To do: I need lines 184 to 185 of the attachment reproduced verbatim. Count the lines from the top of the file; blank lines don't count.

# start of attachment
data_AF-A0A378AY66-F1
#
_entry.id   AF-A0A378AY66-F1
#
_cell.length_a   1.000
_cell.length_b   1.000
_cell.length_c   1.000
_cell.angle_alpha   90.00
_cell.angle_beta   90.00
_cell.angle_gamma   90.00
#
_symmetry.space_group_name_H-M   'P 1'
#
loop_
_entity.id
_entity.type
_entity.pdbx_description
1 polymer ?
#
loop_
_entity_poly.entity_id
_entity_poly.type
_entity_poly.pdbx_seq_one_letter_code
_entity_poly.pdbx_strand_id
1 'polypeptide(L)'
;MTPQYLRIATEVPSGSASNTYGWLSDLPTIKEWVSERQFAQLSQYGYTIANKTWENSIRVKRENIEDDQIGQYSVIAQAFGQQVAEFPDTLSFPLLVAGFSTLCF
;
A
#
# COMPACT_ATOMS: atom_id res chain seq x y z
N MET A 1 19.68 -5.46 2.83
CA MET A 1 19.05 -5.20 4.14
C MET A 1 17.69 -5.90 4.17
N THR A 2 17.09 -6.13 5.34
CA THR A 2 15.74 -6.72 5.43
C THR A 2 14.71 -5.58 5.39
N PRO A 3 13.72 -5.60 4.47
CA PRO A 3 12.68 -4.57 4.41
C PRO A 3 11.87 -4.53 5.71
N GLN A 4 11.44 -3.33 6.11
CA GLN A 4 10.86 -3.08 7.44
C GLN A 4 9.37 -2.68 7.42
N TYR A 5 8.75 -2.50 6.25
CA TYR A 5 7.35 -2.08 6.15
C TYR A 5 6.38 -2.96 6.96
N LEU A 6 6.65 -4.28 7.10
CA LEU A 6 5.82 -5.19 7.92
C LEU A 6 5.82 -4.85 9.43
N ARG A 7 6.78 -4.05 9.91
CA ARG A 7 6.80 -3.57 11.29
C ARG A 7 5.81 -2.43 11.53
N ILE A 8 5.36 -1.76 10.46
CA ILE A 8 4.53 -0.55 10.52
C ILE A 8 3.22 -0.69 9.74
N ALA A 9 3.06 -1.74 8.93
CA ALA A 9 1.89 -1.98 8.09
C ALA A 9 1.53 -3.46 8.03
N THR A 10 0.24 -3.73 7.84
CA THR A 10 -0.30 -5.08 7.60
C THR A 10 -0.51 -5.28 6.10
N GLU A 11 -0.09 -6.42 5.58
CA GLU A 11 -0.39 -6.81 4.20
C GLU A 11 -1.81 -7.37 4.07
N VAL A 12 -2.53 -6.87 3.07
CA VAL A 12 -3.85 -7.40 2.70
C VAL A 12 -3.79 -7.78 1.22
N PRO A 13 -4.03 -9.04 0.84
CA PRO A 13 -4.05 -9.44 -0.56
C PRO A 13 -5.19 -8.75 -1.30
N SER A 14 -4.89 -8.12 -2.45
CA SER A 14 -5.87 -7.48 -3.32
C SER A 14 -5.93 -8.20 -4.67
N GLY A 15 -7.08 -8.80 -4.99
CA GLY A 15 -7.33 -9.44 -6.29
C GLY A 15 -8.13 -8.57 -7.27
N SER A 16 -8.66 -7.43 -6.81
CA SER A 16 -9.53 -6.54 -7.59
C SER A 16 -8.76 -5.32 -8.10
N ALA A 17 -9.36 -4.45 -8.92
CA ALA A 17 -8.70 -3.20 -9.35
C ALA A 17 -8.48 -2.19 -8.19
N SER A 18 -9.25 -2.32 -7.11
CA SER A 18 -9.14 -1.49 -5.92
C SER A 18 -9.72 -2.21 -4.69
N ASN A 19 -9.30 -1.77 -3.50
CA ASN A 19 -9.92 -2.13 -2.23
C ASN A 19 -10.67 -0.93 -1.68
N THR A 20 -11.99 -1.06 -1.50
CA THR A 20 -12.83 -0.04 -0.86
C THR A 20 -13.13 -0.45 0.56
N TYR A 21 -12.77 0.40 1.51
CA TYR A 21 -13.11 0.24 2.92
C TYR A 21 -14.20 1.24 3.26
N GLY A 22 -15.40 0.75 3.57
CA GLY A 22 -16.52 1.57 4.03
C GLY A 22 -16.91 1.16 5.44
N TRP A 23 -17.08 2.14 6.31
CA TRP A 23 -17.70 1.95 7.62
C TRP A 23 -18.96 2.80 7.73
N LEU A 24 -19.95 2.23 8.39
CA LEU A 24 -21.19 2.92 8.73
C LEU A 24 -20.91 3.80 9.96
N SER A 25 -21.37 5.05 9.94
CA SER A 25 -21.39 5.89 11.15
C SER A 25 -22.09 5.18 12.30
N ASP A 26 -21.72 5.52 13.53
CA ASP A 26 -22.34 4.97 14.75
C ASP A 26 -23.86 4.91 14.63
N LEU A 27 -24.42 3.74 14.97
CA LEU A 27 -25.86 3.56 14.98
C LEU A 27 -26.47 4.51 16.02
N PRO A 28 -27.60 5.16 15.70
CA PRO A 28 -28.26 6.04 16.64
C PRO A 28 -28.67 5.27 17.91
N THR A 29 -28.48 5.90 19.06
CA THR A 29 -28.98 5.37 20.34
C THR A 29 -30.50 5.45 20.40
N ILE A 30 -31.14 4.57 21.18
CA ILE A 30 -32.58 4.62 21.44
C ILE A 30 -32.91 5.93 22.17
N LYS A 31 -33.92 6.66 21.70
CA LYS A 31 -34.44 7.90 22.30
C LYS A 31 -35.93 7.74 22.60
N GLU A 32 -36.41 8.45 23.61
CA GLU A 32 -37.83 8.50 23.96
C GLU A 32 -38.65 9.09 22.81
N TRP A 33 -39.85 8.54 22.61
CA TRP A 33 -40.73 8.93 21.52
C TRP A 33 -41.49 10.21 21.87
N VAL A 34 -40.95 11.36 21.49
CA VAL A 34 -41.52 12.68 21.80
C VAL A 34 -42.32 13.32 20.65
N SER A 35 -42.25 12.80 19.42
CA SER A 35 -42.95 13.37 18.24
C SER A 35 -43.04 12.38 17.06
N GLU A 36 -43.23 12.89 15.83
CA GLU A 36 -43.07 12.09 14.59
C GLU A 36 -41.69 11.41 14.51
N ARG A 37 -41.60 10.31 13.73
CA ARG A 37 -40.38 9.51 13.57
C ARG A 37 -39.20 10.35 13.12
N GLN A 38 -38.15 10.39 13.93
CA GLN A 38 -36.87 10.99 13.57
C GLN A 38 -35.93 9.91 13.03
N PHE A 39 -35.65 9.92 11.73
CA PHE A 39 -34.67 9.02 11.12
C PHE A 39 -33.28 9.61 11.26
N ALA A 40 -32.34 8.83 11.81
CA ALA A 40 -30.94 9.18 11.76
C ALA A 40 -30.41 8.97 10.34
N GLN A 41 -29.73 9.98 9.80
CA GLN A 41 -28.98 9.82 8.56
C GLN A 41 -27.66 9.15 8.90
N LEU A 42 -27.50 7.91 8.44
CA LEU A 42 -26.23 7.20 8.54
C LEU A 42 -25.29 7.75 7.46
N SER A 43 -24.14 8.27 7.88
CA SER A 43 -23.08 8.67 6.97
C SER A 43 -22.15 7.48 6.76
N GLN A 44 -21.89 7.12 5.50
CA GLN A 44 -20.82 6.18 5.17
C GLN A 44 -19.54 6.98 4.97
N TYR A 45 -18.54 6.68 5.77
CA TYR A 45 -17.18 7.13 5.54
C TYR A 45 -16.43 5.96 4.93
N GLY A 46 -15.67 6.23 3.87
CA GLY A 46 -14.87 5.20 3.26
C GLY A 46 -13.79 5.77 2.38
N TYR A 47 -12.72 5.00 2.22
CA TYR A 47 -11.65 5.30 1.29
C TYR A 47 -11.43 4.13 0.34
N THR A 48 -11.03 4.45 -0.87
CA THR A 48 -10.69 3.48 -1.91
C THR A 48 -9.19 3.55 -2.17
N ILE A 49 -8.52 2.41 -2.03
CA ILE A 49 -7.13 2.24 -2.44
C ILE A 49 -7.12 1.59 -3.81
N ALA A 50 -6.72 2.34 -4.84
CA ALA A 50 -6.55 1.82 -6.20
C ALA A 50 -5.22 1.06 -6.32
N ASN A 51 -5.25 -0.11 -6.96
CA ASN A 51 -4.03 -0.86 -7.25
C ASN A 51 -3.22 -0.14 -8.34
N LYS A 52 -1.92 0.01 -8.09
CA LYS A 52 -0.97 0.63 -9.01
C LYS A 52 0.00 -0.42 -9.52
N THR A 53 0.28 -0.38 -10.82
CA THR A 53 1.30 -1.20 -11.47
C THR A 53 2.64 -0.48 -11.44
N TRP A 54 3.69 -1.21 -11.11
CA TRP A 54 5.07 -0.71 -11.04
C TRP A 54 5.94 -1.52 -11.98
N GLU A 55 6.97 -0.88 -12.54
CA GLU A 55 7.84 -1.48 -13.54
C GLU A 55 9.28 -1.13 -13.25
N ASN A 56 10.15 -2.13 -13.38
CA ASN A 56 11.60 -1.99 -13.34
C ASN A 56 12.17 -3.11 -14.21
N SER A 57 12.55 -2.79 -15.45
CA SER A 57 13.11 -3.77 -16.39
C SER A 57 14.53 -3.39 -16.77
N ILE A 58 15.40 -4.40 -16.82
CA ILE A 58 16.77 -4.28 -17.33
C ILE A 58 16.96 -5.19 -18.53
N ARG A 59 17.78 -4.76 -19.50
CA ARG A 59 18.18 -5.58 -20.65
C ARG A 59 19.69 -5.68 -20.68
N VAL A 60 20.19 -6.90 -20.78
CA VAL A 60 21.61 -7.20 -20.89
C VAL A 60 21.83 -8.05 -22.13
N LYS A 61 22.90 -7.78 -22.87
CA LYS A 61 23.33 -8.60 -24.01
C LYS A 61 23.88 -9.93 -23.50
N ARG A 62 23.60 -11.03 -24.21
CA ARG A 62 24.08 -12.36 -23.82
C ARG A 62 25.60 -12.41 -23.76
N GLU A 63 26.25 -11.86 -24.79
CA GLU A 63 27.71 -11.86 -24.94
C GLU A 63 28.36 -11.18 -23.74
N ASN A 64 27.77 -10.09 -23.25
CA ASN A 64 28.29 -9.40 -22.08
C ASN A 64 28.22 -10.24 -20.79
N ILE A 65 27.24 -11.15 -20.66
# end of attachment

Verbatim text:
N LYS A 52 -1.92 0.01 -8.09
CA LYS A 52 -0.97 0.63 -9.01